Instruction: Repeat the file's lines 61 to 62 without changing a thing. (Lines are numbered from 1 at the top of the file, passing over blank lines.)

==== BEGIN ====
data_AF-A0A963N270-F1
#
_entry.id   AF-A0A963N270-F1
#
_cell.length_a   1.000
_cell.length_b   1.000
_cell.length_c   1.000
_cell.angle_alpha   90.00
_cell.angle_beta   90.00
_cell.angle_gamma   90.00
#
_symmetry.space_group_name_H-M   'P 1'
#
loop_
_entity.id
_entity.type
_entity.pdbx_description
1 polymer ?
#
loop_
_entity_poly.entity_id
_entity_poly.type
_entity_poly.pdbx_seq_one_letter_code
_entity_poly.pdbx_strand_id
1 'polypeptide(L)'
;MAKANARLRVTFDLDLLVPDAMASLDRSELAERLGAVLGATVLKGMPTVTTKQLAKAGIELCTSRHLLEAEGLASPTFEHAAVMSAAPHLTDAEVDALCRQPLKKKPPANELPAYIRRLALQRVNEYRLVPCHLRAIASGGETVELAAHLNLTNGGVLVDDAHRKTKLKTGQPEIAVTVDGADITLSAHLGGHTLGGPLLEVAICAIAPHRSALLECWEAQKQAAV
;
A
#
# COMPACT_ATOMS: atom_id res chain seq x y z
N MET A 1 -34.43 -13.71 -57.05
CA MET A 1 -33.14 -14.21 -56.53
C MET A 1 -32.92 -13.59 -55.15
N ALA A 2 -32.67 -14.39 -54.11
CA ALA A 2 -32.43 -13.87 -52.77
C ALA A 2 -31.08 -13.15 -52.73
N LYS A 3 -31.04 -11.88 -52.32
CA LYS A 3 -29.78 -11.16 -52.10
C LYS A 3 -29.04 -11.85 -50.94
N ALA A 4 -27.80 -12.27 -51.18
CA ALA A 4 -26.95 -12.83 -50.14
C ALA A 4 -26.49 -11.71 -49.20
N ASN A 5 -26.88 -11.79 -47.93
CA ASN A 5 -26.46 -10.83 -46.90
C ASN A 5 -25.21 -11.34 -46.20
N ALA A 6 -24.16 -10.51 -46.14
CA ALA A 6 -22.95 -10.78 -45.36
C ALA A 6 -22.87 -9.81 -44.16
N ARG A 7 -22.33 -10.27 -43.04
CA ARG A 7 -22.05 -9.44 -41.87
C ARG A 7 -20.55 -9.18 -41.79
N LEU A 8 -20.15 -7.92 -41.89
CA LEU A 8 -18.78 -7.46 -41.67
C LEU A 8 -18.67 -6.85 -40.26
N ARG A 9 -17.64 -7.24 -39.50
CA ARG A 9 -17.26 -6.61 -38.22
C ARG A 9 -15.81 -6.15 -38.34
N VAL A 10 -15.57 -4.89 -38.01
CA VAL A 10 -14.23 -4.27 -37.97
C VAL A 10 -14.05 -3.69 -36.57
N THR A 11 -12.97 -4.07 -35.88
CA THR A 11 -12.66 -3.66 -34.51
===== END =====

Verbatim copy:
N THR A 11 -12.97 -4.07 -35.88
CA THR A 11 -12.66 -3.66 -34.51